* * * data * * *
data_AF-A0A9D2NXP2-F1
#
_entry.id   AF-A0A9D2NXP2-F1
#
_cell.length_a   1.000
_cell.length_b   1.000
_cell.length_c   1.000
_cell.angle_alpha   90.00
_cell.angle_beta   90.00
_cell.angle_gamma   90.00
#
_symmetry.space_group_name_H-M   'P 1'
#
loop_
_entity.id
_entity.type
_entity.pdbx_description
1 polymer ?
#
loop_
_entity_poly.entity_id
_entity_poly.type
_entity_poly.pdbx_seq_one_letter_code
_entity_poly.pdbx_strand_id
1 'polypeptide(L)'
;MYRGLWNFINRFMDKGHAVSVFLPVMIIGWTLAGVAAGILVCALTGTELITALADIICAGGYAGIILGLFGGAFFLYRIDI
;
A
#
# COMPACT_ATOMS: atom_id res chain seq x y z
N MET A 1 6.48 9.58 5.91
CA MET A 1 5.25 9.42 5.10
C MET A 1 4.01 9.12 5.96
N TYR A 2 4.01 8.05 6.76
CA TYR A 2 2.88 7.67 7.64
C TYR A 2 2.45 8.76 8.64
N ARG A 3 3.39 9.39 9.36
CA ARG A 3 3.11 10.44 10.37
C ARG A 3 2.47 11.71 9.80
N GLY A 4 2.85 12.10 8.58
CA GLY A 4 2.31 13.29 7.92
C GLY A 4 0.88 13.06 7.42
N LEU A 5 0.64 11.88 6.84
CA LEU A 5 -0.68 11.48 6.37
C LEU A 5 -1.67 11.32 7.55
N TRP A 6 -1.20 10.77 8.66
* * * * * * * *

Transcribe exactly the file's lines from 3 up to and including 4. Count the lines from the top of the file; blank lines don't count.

_entry.id   AF-A0A9D2NXP2-F1
#